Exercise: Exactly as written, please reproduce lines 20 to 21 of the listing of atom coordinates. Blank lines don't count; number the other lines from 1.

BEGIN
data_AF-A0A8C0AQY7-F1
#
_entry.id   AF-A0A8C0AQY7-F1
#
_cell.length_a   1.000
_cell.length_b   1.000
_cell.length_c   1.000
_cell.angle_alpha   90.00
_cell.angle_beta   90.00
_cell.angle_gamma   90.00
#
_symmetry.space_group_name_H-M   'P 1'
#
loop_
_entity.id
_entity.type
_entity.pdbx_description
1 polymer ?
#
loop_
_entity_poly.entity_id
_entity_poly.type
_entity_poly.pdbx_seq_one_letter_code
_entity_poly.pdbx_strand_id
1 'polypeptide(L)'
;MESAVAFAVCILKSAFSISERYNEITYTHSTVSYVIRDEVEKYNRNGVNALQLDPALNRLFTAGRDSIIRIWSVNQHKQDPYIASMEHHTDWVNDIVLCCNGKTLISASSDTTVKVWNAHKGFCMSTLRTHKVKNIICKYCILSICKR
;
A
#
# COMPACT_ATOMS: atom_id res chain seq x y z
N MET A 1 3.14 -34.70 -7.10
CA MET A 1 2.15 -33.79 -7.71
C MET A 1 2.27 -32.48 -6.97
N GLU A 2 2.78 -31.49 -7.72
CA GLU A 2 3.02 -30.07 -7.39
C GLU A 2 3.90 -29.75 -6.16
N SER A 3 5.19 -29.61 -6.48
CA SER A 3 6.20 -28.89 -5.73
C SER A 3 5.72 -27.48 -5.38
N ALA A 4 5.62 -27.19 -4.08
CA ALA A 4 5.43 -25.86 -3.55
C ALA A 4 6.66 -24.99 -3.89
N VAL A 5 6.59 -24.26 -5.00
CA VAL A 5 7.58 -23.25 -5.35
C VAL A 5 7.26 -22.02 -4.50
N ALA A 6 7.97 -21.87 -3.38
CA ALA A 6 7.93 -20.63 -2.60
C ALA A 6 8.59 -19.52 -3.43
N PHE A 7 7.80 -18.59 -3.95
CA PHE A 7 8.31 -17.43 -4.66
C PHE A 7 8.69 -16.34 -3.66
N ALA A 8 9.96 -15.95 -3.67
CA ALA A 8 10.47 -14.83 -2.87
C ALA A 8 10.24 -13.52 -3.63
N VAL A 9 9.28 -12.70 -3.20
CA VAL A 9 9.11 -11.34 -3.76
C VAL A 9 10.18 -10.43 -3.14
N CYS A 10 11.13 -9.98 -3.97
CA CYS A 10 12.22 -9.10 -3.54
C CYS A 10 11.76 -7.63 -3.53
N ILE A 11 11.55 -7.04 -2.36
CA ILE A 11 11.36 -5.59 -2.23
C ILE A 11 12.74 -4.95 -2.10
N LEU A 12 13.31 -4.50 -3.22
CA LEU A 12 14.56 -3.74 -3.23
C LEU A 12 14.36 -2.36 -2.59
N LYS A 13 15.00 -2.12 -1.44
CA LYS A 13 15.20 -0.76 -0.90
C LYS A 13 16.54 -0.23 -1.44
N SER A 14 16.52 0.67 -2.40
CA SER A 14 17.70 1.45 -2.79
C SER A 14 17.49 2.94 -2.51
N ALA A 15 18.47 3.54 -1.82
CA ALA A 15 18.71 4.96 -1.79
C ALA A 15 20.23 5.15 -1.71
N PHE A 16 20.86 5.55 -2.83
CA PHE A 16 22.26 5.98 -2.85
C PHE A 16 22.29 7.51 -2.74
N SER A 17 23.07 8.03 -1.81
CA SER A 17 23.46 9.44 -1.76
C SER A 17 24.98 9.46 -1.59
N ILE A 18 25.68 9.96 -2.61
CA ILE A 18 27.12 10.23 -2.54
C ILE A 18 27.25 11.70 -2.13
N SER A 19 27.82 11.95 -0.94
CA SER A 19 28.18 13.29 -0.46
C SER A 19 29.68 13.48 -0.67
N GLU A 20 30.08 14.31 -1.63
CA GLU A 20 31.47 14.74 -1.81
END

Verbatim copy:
loop_
_entity_poly.entity_id